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Cognitive Distortions That Interfere in Recovery

Medically Reviewed by: Charley Allen

Table of Contents

Cognitive Distortions that Interfere in Recovery cover

Part of getting sober involves changing ineffective thinking patterns that may lead a person to relapse. In many ways, alcohol and drugs are used by addicts as a “solution” to their problems. This is why the recovery process involves far more than simply quitting drugs and alcohol. While quitting these addictive substances is indeed necessary, long term recovery depends on a person’s ability to develop new solutions to their problems that do not involve getting acutely intoxicated. In fact, current research shows that relapse is more often a result of a failure to develop healthy coping skills than it is from being in high-risk situations.

Many problems are simply the products of dysfunctional thinking patterns. In cognitive behavioral therapy, these dysfunctional thinking patterns are known as “cognitive distortions.” They are inaccurate and unhealthy ways of processing reality that ultimately lead to dangerous and unproductive behaviors, such as reaching for a drink or buying drugs.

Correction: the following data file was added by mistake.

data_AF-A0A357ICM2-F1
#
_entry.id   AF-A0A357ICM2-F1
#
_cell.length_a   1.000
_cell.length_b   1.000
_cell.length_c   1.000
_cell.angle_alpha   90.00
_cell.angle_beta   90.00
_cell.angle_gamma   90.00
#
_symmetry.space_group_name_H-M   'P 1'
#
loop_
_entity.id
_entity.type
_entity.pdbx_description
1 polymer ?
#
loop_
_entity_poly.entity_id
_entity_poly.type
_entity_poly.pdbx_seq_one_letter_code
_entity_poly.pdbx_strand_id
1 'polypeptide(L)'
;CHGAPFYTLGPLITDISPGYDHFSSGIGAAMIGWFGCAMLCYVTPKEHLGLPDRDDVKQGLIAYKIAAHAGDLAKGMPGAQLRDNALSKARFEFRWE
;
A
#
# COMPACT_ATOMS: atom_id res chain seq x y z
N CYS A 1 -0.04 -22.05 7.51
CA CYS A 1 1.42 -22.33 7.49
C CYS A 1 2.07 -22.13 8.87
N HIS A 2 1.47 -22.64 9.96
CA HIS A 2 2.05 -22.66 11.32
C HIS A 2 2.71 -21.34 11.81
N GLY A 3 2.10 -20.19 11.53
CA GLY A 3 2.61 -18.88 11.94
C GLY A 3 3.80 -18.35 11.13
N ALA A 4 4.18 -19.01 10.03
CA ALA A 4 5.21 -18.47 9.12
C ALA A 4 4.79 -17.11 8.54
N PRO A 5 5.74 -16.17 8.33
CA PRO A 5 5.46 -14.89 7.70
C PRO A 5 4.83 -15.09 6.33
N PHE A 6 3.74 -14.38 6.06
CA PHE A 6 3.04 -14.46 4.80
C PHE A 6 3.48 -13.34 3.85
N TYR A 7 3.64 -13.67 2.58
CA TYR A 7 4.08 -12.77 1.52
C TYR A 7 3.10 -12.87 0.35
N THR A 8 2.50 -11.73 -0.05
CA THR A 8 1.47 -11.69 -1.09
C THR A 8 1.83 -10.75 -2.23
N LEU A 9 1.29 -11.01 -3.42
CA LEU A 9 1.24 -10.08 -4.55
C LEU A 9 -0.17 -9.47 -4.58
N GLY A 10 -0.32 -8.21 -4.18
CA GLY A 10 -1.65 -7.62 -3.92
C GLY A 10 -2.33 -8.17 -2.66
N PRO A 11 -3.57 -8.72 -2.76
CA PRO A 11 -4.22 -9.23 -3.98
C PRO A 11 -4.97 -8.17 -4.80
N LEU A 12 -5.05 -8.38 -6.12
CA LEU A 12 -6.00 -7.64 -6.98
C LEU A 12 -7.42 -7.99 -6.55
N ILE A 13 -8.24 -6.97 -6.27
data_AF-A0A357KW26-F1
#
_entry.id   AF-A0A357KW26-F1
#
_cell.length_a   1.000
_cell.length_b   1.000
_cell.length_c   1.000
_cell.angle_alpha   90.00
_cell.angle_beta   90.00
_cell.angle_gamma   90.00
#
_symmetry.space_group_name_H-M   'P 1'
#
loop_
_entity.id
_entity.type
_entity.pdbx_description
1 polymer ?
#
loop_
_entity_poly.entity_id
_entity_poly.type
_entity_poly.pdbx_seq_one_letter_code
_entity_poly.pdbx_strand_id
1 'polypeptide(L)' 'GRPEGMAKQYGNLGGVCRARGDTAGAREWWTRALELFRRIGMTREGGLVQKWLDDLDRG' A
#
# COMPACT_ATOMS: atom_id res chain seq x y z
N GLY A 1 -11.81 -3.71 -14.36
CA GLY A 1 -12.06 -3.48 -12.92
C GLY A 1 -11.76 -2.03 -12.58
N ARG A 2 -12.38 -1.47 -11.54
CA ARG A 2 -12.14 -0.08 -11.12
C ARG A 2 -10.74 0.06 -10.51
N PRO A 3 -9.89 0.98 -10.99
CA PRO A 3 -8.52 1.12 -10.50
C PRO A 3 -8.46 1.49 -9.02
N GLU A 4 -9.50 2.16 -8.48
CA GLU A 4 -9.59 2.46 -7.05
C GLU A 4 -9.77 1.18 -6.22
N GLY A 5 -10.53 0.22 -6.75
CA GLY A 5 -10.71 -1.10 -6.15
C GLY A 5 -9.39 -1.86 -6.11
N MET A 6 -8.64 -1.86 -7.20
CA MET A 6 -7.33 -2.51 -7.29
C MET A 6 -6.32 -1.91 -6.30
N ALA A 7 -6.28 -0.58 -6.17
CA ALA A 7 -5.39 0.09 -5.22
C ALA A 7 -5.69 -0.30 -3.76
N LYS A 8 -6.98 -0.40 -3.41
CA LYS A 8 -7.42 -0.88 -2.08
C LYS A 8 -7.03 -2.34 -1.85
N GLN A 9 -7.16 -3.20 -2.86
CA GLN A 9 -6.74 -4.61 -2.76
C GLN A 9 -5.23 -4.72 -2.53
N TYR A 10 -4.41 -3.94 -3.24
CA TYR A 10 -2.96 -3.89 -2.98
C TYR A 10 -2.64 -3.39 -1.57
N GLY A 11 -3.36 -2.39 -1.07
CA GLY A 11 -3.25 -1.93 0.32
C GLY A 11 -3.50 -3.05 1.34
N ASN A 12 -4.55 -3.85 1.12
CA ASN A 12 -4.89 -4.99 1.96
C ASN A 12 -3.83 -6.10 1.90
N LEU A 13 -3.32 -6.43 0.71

Cognitive distortions and dysfunctional thinking patterns can cause a person to suffer from painful emotions such as hopelessness, unworthiness, grief, and grandiosity. Insecurity is also a common result. It is normal to feel pain and suffering at times, but a lot of unnecessary pain and suffering can be avoided by thinking more realistically about oneself and one’s circumstances. Instead of assuming the worst, jumping to conclusions, or distorting the facts, it is far better to assess your daily life calmly and accurately. By recognizing the most common cognitive distortions and dysfunctional thinking patterns, the likelihood of setting yourself up for relapse goes down considerably.